Leading voice agency Rabbit & Pork has designed, developed and built an Alexa Skill with researchers from City, University of London that allows smart speakers to facilitate speech therapy for people with aphasia.
The first-of-its-kind, voice-initiated therapy protocol, delivered via Amazon Alexa, facilitates a semantic feature analysis-style naming therapy for people with aphasia – a language disability that results in communication problems for one-third of all stroke survivors.
John Campbell, managing director of Rabbit & Pork, said: “Insights informed us that voice assistants are often seen as a useful device for someone with a physical or visual impairment. Thus, we approached City, University of London’s brief with a key research question: can Alexa be used as a therapy practice tool?”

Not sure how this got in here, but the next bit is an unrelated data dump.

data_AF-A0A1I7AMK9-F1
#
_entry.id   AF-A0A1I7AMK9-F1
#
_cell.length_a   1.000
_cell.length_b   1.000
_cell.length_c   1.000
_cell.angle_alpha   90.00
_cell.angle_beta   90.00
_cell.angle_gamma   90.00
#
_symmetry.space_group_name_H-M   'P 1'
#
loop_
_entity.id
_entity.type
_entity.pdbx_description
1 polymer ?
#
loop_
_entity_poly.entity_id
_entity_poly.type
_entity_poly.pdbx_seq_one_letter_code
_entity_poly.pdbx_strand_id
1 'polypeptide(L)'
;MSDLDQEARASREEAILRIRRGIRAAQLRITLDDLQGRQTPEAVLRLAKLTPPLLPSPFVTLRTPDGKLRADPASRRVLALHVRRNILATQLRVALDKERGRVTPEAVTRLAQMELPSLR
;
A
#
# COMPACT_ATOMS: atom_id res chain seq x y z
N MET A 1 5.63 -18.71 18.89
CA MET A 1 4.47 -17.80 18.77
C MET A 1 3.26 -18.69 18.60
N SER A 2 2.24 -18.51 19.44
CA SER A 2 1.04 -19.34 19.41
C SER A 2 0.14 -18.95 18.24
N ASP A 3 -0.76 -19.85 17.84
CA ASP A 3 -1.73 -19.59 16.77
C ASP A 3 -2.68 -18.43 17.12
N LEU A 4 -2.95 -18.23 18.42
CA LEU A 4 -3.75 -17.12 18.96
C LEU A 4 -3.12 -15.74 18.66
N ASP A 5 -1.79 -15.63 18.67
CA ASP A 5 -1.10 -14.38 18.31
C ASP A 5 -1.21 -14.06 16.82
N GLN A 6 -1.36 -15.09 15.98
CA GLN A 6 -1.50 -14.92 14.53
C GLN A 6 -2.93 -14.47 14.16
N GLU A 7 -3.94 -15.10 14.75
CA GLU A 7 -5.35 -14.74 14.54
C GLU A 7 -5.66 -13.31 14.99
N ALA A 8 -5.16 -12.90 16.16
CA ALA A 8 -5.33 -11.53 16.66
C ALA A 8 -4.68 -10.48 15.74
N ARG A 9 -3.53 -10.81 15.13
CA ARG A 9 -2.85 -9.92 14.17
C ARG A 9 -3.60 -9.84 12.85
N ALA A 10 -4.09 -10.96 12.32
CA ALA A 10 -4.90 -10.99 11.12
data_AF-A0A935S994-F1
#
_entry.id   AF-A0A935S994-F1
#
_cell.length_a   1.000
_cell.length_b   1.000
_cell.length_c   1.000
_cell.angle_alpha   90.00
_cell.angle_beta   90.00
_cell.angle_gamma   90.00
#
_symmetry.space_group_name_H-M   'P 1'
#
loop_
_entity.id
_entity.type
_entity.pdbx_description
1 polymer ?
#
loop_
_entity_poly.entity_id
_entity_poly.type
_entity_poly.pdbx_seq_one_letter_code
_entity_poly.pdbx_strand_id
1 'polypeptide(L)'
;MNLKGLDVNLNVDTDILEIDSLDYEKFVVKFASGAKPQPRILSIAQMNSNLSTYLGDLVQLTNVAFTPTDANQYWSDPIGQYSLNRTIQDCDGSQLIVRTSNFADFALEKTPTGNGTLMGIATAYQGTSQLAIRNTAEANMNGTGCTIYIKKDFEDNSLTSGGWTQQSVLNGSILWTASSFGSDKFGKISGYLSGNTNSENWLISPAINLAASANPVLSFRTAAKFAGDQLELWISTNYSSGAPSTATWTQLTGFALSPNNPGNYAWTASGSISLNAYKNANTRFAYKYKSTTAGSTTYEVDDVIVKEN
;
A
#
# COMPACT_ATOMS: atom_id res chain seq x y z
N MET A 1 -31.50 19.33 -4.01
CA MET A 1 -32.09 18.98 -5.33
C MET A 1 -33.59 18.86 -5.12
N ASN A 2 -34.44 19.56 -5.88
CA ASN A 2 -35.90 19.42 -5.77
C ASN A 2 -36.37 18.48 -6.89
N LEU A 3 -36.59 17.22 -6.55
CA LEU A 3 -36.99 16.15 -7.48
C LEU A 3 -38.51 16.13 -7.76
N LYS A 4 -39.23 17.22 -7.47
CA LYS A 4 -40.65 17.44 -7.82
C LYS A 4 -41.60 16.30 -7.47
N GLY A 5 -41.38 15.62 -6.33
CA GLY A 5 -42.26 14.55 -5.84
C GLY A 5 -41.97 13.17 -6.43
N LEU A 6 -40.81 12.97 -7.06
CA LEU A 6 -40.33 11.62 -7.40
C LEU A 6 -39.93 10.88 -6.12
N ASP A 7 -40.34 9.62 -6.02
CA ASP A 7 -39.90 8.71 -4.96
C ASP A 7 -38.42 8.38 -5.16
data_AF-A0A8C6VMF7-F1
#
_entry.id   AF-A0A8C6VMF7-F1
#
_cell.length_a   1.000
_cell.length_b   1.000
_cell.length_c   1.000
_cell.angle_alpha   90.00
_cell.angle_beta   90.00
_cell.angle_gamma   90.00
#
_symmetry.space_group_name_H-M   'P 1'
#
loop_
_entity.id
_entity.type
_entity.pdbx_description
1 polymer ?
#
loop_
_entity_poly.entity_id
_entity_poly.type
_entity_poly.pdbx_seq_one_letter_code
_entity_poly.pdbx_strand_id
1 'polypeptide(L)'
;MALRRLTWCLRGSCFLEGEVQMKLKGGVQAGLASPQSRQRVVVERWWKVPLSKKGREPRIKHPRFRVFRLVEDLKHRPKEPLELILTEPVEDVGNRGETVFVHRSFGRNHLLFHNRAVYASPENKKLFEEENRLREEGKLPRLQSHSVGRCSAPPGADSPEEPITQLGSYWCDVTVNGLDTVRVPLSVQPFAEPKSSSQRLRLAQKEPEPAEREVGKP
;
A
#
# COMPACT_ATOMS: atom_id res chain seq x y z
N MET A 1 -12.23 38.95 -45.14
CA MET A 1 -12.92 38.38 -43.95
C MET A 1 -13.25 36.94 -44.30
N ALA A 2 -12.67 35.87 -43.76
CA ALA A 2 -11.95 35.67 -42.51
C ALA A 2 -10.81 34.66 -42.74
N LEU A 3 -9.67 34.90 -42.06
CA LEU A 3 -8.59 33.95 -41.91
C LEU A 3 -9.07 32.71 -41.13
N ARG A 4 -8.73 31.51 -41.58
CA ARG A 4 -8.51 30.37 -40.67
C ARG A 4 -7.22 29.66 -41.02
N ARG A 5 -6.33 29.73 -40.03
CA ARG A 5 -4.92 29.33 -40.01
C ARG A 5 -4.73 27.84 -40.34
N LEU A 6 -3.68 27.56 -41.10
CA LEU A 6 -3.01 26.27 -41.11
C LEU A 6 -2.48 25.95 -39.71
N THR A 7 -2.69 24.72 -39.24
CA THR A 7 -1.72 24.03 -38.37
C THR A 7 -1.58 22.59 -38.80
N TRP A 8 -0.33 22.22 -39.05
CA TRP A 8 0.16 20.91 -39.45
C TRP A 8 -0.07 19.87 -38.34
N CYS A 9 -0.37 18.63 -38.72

Dr Abi Roper, of City, University of London, continued: “Along the way, the team worked with me to accommodate the restraints of the technology and to take advantages of features of the Amazon Fire Stick while we centered design recommendations for people with aphasia.”
The custom Alexa Skill is based on an existing therapy technique known as semantic feature analysis. The user is requested to try and name pictured items and the skill provides spoken prompts to help them successfully say the word. The skill has a range of different items for users to name, and at the same time tracks the user’s progress each session to provide a custom analytics report.
The user’s interactions are saved to a database, and are later downloaded by the team at City, University of London to assess the user’s progress.
The next stage of the project is to conduct testing with end users. This testing period will gather data into the customer analytics report, which can be used to answer the question of whether Alexa can be used effectively as a therapy practice tool.
Rabbit & Pork’s research project with City, University of London launched in June and is ongoing.